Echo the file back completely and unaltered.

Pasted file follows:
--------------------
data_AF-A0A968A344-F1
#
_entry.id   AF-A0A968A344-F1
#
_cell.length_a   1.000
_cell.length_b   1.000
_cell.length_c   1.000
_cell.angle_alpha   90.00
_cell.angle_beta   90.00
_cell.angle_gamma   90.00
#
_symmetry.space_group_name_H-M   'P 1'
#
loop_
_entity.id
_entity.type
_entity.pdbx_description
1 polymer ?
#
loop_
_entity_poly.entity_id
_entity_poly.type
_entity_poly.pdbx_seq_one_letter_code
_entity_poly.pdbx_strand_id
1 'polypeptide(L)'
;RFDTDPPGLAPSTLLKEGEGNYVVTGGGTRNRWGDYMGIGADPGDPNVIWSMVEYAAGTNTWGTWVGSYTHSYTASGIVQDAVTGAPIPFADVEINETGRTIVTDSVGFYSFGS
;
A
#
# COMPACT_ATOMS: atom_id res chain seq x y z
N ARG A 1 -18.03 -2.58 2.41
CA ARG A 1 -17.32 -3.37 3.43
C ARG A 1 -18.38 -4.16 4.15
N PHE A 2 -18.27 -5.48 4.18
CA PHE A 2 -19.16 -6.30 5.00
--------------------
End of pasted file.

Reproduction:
data_AF-A0A968A344-F1
#
_entry.id   AF-A0A968A344-F1
#
_cell.length_a   1.000
_cell.length_b   1.000
_cell.length_c   1.000
_cell.angle_alpha   90.00
_cell.angle_beta   90.00
_cell.angle_gamma   90.00
#
_symmetry.space_group_name_H-M   'P 1'
#
loop_
_entity.id
_entity.type
_entity.pdbx_description
1 polymer ?
#
loop_
_entity_poly.entity_id
_entity_poly.type
_entity_poly.pdbx_seq_one_letter_code
_entity_poly.pdbx_strand_id
1 'polypeptide(L)'
;RFDTDPPGLAPSTLLKEGEGNYVVTGGGTRNRWGDYMGIGADPGDPNVIWSMVEYAAGTNTWGTWVGSYTHSYTASGIVQDAVTGAPIPFADVEINETGRTIVTDSVGFYSFGS
;
A
#
# COMPACT_ATOMS: atom_id res chain seq x y z
N ARG A 1 -18.03 -2.58 2.41
CA ARG A 1 -17.32 -3.37 3.43
C ARG A 1 -18.38 -4.16 4.15
N PHE A 2 -18.27 -5.48 4.18
CA PHE A 2 -19.16 -6.30 5.00